On your second day, wake up and head over to the Science Gallery on the Trinity College Campus. While all the other tourists are off to check out the Book of Kells, you’ll be enjoying a hot latte with a croissant at the cafe within this nifty exhibit. After chowing, head into the free gallery space for the latest exhibit. The museum specializes in the combination of art and science - a field all to often relegated to Neil DeGrasse Tyson YouTube videos - but deserving of much more attention. The Illusion exhibit runs through the fall and is a stunning compilation of audio and visual experiences that are meant to draw the mind of the viewer in. This is active art, friends.
Since you’re now near The Trinity Library and the Book of Kells, saunter on over to this historic little spot.
While the book itself is really fascinating, nerds will have more fun walking through the 1500 year-old Old Library, which houses some of the oldest texts from the world’s most famous philosophers, poets and general geniuses. And yes, the name really is Old Library. In addition to being historic, it’s also just beautiful. The wood is warm, the busts are gorgeous and the lighting is lovely. It’s certainly no place to plop on a leather chair and read a book, but you’ll want to.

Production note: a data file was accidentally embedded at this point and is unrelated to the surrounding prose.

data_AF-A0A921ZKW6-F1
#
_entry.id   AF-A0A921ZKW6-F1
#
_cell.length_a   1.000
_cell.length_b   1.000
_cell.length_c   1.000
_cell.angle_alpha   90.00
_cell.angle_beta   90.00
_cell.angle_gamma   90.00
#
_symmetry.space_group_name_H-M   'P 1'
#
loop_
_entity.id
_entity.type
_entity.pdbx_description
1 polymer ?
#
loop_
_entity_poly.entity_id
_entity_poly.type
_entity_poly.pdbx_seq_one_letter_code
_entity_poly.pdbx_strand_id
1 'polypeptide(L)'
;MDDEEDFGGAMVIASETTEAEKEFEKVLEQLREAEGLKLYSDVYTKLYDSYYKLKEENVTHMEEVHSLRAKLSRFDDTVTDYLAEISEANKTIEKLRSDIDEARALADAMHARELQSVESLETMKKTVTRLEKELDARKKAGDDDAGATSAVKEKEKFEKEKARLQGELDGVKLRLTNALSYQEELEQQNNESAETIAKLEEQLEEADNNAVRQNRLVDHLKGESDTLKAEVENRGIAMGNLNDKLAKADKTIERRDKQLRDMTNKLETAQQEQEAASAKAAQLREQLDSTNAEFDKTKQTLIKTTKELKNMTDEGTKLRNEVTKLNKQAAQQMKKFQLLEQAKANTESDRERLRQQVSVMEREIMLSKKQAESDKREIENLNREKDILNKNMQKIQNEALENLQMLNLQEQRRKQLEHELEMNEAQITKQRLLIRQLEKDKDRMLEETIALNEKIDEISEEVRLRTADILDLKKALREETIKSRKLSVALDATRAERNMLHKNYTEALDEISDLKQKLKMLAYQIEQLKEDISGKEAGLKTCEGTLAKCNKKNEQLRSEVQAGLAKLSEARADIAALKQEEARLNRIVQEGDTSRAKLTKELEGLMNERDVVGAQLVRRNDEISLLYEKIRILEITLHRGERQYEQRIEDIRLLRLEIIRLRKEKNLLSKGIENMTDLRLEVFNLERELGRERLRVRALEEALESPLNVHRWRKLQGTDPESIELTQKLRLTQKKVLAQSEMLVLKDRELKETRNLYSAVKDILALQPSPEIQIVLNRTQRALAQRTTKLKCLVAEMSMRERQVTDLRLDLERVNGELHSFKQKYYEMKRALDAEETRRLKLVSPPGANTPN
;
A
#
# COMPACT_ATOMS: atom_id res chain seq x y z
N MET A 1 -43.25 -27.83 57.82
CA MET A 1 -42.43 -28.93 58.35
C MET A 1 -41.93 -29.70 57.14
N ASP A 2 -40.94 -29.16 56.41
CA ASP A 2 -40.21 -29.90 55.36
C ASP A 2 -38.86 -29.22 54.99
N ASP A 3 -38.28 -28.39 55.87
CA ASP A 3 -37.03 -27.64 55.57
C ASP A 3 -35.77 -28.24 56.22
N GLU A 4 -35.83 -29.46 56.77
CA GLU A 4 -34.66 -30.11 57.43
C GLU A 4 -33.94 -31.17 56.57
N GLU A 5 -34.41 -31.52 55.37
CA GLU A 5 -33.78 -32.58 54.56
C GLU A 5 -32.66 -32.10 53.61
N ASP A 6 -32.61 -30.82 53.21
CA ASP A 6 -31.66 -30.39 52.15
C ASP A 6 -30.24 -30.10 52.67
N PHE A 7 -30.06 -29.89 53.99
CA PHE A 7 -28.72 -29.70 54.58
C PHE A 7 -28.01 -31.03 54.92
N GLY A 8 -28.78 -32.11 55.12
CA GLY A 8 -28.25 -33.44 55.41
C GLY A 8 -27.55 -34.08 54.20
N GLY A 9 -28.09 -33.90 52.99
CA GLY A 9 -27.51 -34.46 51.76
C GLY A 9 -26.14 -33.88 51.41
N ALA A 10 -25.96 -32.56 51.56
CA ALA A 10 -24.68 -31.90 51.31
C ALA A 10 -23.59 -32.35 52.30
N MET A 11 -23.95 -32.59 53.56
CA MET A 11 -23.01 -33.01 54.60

At this point, you’ll be so thoroughly filled with literary inspiration that you’ll be longing for some new texts. And since Oscar Wilde is a native son, it’s only fitting that you visit The Gutter Bookshop. Named after a famous quote from the author, it’s a quiet and lovely little stop for picking up a new adventure or two.
Some might say that no trip to Ireland would be complete without a trip to the Guinness Storehouse. I can’t disagree. But for nerds, it’s not about the beer. It’s the incredible scientific process that combines water, hops, heat and time to create the famous beverage and the view you’ll get while drinking it that ultimately makes it worth the stop. And the hefty price tag. Every admission to the experience comes with entry to the rooftop bar and a pint of Guinness. I don’t love their beer, but I give them points for appealing to the scientist in my heart.
Don’t forget to check out all the Being Geek Chic Geek Travel Guides before you take your next trip!